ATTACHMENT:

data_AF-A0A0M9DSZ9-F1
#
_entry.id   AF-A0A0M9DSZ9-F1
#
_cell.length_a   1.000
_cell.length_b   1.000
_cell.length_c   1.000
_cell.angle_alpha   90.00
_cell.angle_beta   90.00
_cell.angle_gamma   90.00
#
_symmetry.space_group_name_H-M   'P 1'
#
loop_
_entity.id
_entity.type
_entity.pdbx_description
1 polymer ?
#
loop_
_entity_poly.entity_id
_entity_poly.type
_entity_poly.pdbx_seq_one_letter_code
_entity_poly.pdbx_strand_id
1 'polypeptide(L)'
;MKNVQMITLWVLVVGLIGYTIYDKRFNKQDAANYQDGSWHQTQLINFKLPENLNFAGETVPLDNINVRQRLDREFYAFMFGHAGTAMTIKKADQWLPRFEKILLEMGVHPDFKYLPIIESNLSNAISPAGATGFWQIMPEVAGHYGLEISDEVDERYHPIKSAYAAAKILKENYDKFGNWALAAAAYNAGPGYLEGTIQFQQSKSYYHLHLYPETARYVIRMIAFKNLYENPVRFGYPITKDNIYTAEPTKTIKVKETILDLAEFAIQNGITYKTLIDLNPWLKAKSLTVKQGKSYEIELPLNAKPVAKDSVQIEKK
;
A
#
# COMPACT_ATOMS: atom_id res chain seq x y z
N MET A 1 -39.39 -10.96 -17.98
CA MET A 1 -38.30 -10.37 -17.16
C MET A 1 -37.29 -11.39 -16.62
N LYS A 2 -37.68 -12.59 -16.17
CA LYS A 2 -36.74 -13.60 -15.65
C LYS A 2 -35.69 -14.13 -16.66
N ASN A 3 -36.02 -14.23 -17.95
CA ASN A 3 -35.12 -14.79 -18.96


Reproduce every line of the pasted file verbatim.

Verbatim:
data_AF-A0A0M9DSZ9-F1
#
_entry.id   AF-A0A0M9DSZ9-F1
#
_cell.length_a   1.000
_cell.length_b   1.000
_cell.length_c   1.000
_cell.angle_alpha   90.00
_cell.angle_beta   90.00
_cell.angle_gamma   90.00
#
_symmetry.space_group_name_H-M   'P 1'
#
loop_
_entity.id
_entity.type
_entity.pdbx_description
1 polymer ?
#
loop_
_entity_poly.entity_id
_entity_poly.type
_entity_poly.pdbx_seq_one_letter_code
_entity_poly.pdbx_strand_id
1 'polypeptide(L)'
;MKNVQMITLWVLVVGLIGYTIYDKRFNKQDAANYQDGSWHQTQLINFKLPENLNFAGETVPLDNINVRQRLDREFYAFMFGHAGTAMTIKKADQWLPRFEKILLEMGVHPDFKYLPIIESNLSNAISPAGATGFWQIMPEVAGHYGLEISDEVDERYHPIKSAYAAAKILKENYDKFGNWALAAAAYNAGPGYLEGTIQFQQSKSYYHLHLYPETARYVIRMIAFKNLYENPVRFGYPITKDNIYTAEPTKTIKVKETILDLAEFAIQNGITYKTLIDLNPWLKAKSLTVKQGKSYEIELPLNAKPVAKDSVQIEKK
;
A
#
# COMPACT_ATOMS: atom_id res chain seq x y z
N MET A 1 -39.39 -10.96 -17.98
CA MET A 1 -38.30 -10.37 -17.16
C MET A 1 -37.29 -11.39 -16.62
N LYS A 2 -37.68 -12.59 -16.17
CA LYS A 2 -36.74 -13.60 -15.65
C LYS A 2 -35.69 -14.13 -16.66
N ASN A 3 -36.02 -14.23 -17.95
CA ASN A 3 -35.12 -14.79 -18.96